Thursday, November 20, 2008

Garden State

Last night, I finally got around to watching Garden State by Zach Braff. I have been meaning to watch this movie for a while now, and had the soundtrack, which is amazing by the way. Since I am also reading Ernest Hemingway's The Sun Also Rises these days, I couldn't help myself from drawing parallels between the two.

Hemingway's semi-autobiographical The Sun Also Rises is about the expatriate lifestyle many American writers opted for in the Post-World War I era. But one doesn't have to leave his or her country to feel alone and lost, you can feel that even at your home. It is this feeling of dismal depression, Zach Braff's character finds himself in. Braff's character is a struggling desolate actor living in Los Angeles, who doesn't have his life in order. He returns home to New Jersey, the Garden State, for his mom's funeral, and during his short stay reconnects with old high school buddies.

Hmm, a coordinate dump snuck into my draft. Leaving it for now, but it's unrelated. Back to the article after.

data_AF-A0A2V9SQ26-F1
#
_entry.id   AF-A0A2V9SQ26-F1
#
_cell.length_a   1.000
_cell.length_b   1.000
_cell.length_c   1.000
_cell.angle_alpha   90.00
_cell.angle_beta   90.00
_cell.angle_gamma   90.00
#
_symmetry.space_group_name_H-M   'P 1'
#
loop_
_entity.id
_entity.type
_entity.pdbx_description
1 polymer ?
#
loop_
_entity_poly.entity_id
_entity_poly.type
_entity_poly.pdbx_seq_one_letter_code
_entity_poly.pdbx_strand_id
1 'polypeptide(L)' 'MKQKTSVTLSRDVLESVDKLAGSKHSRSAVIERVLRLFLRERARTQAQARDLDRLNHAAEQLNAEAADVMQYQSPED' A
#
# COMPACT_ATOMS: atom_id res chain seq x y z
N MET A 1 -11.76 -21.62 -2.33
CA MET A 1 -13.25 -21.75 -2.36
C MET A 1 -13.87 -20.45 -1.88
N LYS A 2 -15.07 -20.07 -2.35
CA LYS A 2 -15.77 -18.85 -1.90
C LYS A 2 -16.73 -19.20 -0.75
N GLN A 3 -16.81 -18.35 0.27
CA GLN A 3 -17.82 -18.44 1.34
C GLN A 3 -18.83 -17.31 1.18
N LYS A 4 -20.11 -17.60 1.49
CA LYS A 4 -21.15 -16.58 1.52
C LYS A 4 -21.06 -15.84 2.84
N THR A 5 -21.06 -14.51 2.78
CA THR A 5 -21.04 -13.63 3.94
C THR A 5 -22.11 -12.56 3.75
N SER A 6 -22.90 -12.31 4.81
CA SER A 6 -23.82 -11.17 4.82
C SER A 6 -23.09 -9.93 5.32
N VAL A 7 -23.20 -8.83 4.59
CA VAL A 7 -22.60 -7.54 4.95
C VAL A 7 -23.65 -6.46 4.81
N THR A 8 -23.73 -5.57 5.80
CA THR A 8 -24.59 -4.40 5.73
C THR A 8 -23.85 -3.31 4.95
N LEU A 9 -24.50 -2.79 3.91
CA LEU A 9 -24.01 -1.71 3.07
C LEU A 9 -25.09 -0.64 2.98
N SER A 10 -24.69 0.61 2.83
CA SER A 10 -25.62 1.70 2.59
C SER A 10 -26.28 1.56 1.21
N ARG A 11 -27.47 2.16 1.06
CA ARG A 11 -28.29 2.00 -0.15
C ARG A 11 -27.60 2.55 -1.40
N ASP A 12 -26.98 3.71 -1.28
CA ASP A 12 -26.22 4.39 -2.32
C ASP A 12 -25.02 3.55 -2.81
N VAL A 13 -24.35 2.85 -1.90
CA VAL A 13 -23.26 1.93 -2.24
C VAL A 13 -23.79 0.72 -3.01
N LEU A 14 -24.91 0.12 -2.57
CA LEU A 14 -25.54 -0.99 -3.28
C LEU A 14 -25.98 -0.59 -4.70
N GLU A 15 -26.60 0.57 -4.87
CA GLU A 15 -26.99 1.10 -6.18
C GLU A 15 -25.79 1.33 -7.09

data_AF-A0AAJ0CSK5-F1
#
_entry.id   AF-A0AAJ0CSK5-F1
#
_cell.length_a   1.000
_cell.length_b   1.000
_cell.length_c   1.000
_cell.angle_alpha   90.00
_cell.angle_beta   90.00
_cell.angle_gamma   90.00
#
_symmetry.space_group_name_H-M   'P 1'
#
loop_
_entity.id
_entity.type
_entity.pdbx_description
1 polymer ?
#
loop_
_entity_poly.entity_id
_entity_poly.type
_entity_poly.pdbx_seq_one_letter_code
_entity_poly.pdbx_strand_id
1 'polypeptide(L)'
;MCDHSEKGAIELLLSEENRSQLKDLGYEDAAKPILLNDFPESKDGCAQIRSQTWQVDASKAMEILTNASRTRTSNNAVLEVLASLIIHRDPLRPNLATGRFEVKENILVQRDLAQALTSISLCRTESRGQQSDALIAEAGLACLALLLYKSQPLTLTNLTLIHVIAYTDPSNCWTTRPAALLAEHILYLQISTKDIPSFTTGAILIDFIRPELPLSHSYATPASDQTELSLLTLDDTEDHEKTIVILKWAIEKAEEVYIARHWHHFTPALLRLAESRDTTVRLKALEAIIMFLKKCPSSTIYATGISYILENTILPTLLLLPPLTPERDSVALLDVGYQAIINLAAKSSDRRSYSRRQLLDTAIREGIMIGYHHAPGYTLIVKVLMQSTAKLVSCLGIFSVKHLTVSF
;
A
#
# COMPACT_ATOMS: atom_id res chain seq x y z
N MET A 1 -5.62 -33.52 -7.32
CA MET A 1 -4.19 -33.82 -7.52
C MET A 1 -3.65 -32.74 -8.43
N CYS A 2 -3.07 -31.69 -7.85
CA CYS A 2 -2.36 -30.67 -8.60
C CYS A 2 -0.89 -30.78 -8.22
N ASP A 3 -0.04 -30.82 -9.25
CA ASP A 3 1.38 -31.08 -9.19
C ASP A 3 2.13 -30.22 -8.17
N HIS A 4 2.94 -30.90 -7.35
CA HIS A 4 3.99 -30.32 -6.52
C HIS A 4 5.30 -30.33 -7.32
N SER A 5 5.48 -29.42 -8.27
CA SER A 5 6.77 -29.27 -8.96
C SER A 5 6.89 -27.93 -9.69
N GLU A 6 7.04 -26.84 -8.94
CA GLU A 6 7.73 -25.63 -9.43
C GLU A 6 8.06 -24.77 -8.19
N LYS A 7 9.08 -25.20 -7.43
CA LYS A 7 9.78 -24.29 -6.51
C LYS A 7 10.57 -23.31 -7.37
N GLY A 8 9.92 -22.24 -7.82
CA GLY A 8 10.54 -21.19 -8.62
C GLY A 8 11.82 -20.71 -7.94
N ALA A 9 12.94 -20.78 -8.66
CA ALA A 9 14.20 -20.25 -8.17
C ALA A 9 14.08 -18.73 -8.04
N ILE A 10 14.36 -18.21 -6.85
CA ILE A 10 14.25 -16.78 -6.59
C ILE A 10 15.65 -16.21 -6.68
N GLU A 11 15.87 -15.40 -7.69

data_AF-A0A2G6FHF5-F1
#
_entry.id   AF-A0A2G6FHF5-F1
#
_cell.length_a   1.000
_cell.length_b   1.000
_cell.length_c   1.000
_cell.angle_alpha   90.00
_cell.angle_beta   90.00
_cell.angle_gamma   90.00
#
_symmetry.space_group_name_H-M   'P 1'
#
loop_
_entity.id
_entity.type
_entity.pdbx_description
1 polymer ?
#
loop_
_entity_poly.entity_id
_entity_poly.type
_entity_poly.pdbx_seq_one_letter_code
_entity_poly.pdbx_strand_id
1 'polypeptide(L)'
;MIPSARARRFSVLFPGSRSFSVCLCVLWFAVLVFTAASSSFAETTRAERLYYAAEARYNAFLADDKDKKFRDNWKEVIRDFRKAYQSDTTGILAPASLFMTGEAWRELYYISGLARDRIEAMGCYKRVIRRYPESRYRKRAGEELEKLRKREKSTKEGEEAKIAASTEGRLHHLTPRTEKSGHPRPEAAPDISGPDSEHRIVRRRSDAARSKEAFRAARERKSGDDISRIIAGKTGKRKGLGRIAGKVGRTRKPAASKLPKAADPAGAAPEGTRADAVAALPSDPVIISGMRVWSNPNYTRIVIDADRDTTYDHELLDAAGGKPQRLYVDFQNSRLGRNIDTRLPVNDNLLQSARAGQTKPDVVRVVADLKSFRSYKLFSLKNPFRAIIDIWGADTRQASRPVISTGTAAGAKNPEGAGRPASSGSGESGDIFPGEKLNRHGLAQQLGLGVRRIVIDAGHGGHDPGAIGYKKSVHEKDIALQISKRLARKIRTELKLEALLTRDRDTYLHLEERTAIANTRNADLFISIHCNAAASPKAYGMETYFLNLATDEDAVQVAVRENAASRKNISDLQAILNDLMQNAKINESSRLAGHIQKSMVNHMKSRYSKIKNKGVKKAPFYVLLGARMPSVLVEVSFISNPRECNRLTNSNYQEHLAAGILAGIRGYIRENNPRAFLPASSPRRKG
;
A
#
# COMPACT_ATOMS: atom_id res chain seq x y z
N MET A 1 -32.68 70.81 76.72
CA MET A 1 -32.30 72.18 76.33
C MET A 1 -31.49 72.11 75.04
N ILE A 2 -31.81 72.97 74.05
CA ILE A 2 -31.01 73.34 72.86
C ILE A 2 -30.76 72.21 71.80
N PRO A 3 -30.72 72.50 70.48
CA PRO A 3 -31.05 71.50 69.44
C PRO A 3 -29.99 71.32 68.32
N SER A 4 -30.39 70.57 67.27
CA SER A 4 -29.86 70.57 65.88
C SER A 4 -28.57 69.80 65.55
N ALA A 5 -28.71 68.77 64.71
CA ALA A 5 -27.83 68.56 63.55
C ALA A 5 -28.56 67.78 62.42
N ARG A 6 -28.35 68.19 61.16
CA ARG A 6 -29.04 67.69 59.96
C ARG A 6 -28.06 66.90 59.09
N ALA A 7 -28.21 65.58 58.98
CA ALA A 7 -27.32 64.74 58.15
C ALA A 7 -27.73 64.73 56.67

Zach Braff, who also wrote and directed this movie, during the post-production said, we go through physical puberty in our teens, but our 20s are about mental emancipation. I think once school is done and you have achieved whatever academic goals you had set out for yourself, and you start to take your first steps into the real world, you get this sense of awakening. In some cases, it is the realization, is that what you were working so hard for, is that why you pulled all those all-nighters in university?

The other feeling that I have to deal with is this sense of lack of achievement. For instance, in my case there are still a lot of books that I have to read. So many authors I haven't read. Take Ernest Hemingway for example, he is a renowned American author, and this is only the second book of his I am reading. Or the fact that I still have to crack open my copy of War and Peace that I purchased a couple of months ago. I still have to read Homer's Iliad and Odyssey.